I’m thinking over the Primates’ Statement, and although I’d have wished it different, I’m not surprised by its general tenor.
One source of puzzlement, though: why do the Primates ask that the US and Canada withdraw from the Anglican Consultative Council? Does this imply a hierarchy of the Instruments of Unity, such that the Primates constitute a “higher” instrument than the Consultative Council? Wouldn’t it make more sense for the Primates to ask the primates of the US and Canada to withdraw, and to let the Consultative Council make its own requests relative to particular delegations?
Isn’t this request especially odd since it coincides with a request that the U.S. and Canada return to the Council in special status to explain their actions?
I’m not lobbying against asking for “withdrawal” per se; that seems a consistent gesture on the part of the relevant authorities. I am curious about what the present request implies about the Windsor process, its present standing as a guideline for institutional action, and its standing as a goal.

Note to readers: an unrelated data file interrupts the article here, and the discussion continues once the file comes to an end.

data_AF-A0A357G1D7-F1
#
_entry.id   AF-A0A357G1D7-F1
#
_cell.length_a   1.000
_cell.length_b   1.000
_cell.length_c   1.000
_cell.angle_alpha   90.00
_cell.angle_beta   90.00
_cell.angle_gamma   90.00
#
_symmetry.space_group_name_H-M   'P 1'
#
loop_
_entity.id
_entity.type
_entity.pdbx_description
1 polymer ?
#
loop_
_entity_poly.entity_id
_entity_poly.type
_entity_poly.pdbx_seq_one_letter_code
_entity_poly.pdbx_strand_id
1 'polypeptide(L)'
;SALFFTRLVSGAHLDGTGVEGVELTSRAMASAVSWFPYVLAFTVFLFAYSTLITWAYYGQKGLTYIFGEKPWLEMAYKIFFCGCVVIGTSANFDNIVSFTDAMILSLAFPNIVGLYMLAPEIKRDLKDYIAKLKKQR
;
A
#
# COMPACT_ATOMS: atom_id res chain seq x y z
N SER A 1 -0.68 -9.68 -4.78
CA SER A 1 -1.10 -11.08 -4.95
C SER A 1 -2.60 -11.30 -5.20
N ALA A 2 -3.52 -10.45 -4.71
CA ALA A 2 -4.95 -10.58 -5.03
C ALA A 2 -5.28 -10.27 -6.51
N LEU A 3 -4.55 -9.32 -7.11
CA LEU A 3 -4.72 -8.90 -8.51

If you want to have a conversation (as the Primates expressly said they do), it seems odd to kick some people out for not cooperating, then invite them back provisionally to hold up their end of the conversation. It would make more sense to me for them to simply say, “You didn’t convince us; you’re out, for now,” or to say, “We want you to give us your best shot at making a case that we’re sure you can’t make. Come back to the Consultative Council; we’ll give you a hearing, then you can decide what to do when we ask you to withdraw.” To that extent, the outcome of the primates’ meeting misses the opportunity to stake out a clear message.